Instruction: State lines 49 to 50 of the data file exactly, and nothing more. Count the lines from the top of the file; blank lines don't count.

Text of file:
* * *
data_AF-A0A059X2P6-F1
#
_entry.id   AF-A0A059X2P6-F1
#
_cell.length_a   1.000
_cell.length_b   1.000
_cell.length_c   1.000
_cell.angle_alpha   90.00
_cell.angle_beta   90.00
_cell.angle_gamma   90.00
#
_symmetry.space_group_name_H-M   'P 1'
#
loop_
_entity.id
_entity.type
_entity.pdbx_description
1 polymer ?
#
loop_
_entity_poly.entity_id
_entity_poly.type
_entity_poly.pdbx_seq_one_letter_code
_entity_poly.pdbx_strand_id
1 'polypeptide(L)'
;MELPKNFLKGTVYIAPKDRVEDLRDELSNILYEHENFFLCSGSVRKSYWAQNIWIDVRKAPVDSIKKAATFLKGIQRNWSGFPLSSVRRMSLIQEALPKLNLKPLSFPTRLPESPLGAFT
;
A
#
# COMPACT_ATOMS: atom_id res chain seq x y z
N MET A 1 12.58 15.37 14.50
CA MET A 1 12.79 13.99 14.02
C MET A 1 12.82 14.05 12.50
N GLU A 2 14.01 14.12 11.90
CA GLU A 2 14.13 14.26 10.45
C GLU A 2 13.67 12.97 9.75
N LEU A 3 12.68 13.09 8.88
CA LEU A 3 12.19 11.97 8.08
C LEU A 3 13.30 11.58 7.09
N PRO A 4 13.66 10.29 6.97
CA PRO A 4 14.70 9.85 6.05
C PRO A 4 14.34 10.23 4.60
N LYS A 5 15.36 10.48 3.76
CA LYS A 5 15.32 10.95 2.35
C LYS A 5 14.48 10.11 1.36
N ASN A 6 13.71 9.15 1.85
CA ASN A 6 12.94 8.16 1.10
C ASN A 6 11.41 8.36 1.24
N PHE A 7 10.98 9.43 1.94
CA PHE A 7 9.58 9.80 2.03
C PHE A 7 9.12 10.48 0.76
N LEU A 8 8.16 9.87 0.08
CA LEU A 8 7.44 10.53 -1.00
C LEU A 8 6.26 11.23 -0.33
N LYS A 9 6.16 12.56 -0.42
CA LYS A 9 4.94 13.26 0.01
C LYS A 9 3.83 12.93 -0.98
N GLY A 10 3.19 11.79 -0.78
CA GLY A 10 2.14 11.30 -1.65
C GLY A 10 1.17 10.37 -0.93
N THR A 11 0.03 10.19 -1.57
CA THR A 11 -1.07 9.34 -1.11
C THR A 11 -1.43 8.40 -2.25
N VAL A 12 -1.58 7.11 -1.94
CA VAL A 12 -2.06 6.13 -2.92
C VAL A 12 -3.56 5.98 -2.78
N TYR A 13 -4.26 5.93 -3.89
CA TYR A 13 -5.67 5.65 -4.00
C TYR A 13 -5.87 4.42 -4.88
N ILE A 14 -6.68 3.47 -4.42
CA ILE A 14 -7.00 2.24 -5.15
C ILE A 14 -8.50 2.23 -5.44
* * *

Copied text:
N PHE A 7 10.98 9.43 1.94
CA PHE A 7 9.58 9.80 2.03